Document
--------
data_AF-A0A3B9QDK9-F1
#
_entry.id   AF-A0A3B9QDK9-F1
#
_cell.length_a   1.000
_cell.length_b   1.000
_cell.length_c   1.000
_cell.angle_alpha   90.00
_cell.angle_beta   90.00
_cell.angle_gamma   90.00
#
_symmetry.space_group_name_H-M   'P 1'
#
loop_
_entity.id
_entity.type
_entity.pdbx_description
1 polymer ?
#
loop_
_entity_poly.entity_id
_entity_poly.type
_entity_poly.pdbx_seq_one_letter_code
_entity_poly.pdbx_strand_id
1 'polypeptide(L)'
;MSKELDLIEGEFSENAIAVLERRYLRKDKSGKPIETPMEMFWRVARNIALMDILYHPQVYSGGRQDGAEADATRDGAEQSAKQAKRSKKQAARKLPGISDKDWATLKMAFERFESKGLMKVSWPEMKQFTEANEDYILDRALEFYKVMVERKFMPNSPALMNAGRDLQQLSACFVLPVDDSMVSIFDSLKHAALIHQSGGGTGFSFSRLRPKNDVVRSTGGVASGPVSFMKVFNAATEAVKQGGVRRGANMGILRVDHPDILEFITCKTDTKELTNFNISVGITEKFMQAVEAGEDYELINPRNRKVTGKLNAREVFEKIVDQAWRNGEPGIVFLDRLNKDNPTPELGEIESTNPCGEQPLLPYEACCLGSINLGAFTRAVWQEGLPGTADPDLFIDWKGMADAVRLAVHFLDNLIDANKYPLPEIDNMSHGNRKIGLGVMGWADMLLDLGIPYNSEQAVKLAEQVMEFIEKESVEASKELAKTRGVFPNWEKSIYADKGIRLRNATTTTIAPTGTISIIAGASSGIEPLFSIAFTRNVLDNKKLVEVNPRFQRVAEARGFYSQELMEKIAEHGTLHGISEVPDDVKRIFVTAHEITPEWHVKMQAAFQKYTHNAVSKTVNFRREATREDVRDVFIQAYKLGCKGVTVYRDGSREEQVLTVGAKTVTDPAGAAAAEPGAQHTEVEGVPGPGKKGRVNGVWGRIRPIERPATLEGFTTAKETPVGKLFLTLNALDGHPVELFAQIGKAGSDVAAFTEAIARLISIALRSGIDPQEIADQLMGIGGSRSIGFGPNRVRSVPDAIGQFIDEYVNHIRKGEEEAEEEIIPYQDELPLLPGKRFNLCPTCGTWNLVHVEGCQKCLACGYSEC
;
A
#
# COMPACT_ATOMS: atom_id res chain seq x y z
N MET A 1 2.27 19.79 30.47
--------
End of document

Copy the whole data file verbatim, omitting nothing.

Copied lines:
data_AF-A0A3B9QDK9-F1
#
_entry.id   AF-A0A3B9QDK9-F1
#
_cell.length_a   1.000
_cell.length_b   1.000
_cell.length_c   1.000
_cell.angle_alpha   90.00
_cell.angle_beta   90.00
_cell.angle_gamma   90.00
#
_symmetry.space_group_name_H-M   'P 1'
#
loop_
_entity.id
_entity.type
_entity.pdbx_description
1 polymer ?
#
loop_
_entity_poly.entity_id
_entity_poly.type
_entity_poly.pdbx_seq_one_letter_code
_entity_poly.pdbx_strand_id
1 'polypeptide(L)'
;MSKELDLIEGEFSENAIAVLERRYLRKDKSGKPIETPMEMFWRVARNIALMDILYHPQVYSGGRQDGAEADATRDGAEQSAKQAKRSKKQAARKLPGISDKDWATLKMAFERFESKGLMKVSWPEMKQFTEANEDYILDRALEFYKVMVERKFMPNSPALMNAGRDLQQLSACFVLPVDDSMVSIFDSLKHAALIHQSGGGTGFSFSRLRPKNDVVRSTGGVASGPVSFMKVFNAATEAVKQGGVRRGANMGILRVDHPDILEFITCKTDTKELTNFNISVGITEKFMQAVEAGEDYELINPRNRKVTGKLNAREVFEKIVDQAWRNGEPGIVFLDRLNKDNPTPELGEIESTNPCGEQPLLPYEACCLGSINLGAFTRAVWQEGLPGTADPDLFIDWKGMADAVRLAVHFLDNLIDANKYPLPEIDNMSHGNRKIGLGVMGWADMLLDLGIPYNSEQAVKLAEQVMEFIEKESVEASKELAKTRGVFPNWEKSIYADKGIRLRNATTTTIAPTGTISIIAGASSGIEPLFSIAFTRNVLDNKKLVEVNPRFQRVAEARGFYSQELMEKIAEHGTLHGISEVPDDVKRIFVTAHEITPEWHVKMQAAFQKYTHNAVSKTVNFRREATREDVRDVFIQAYKLGCKGVTVYRDGSREEQVLTVGAKTVTDPAGAAAAEPGAQHTEVEGVPGPGKKGRVNGVWGRIRPIERPATLEGFTTAKETPVGKLFLTLNALDGHPVELFAQIGKAGSDVAAFTEAIARLISIALRSGIDPQEIADQLMGIGGSRSIGFGPNRVRSVPDAIGQFIDEYVNHIRKGEEEAEEEIIPYQDELPLLPGKRFNLCPTCGTWNLVHVEGCQKCLACGYSEC
;
A
#
# COMPACT_ATOMS: atom_id res chain seq x y z
N MET A 1 2.27 19.79 30.47